Previous Index Next


he was second to Mrs. Shewell's Ch. Cotswold, of whom he is now kennel companion. At the same show Miss Clifford, of Ryde, exhibited a good hound in Wildcroft, another of Dermot Astore's sons, and other supporters of the breed are Lady Kathleen Pilkington, Mr. T. Hamilton Adams, Mr. G. H. Thurston, Mr. Bailey, Mrs. F. Marshall, Mr. J. L. T. Dobbin, and Miss Ethel McCheane.

The following is the description of the variety as drawn up by the Club :

General Appearance-The Irish Wolfhound should not be quite so heavy or massive as the Great Dane, but more so than the Deerhound, which in general type he should otherwise resemble. Of great size and commanding appearance, very muscular, strongly though gracefully built ; movements easy and active ; head and neck carried high ; the tail carried with an upward sweep, with a slight curve towards the extremity. The minimum height and weight of dogs should be 31 inches and 120 pounds, of bitches 28 inches and 90 pounds. Anything below this should be debarred from competition. Great size, including height at shoulder and proportionate length of body, is the desideratum to be aimed at, and it is desired firmly to establish a race that shall average from 32 inches to 34 inches in dogs, showing the requisite power, activity, courage, and symmetry. Head-Long, the frontal bones of the forehead very slightly raised and very little indentation between the eyes. Skull not too broad ; muzzle long and moderately pointed ; ears small and Greyhound-like in carriage. Neck-Rather long, very strong and muscular, well arched, without dewlap and loose skin about the throat. Chest-Very deep, breast wide. Back-Rather long than short. Loins arched. Tail-Long and slightly curved, of moderate thickness, and well covered with hair. Belly-Well drawn up. Fore-quarters-Shoulders muscular, giving breadth of chest, set sloping, elbows well under, neither turned inwards nor outwards. Leg-Forearm muscular and the whole leg strong and quite straight. Hind-quarters-Muscular thighs, and second thigh long and strong as in the Greyhound, and hocks well let down and turning neither in nor out. Feet-Moderately large and round, neither turned inwards nor outwards ; toes well arched and closed, nails very strong and curved. Hair-Rough and hard on body, legs, and head ; especially wiry and long over eyes and under jaw. Colour and Markings-The recognised colours are grey, brindle, red, black, pure white, fawn, or any colour that appears in the Deerhound. Faults-Too light or heavy in head, too highly arched frontal bone, large ears and hanging flat to the face ; short neck ; full dewlap ; too narrow or too broad a chest ; sunken and hollow or quite level back ; bent fore-legs ; overbent fetlocks ; twisted feet ; spreading toes ; too curly a tail ; weak hind-quarters, cow hocks, and a general want of muscle ; too short in body.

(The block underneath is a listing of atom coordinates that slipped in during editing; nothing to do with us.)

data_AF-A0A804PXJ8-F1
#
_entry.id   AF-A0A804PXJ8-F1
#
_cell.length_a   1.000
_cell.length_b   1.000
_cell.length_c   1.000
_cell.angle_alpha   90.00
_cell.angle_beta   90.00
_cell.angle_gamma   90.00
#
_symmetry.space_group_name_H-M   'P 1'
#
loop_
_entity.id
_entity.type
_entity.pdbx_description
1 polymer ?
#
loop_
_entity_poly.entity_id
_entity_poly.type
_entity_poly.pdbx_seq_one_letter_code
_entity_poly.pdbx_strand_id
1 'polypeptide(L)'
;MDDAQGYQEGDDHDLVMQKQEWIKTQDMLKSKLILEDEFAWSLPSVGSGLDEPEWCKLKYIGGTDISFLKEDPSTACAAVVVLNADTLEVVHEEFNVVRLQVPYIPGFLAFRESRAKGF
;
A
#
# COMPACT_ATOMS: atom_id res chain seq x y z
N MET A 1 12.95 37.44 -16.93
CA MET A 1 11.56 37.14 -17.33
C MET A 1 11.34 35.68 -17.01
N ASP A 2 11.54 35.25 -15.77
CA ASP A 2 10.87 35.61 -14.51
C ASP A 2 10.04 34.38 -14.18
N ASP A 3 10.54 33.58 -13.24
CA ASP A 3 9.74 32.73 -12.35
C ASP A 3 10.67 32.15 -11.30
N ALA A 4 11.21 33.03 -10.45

THE Deerhound is one of the most decorative of dogs, impressively stately and picturesque wherever he is seen, whether it be amid the surroundings of the baronial hall, reclining at luxurious length before the open hearth in the fitful light of the log fire that flickers on polished armour and tarnished tapestry ; out in the open, straining at the leash as he scents the dewy air, or gracefully bounding over the purple of his native hills. Grace and majesty are in his every movement and attitude, and even to the most prosaic mind there is about him the inseparable glamour of feudal romance and poetry. He is at his best alert in the excitement of the chase ; but all too rare now is the inspiring sight that once was common among the mountains of Morven and the glens of Argyll of the deep-voiced hound speeding in pursuit of his antlered prey, racing him at full stretch along the mountain's ridge, or baying him at last in the fastness of darksome corrie or deep ravine. Gone are the good romantic days of stalking beloved by Scrope. The Highlands have lost their loneliness, and the inventions of the modern gunsmith have robbed one of the grandest of hunting dogs of his glory, relegating him to the life of a pedestrian pet, whose highest dignity is the winning of a pecuniary prize under Kennel Club rules.

Historians of the Deerhound associate him with the original

Irish Wolfdog, of whom he is obviously a close relative, and it

is sure that when the wolf still lingered in the land it was the

frequent quarry of the Highland as of the Hibernian hound.

Legend has it that Prince Ossian, son of Fingal, King of

Morven, hunted the wolf with the grey, long-bounding dogs.



Previous Index Next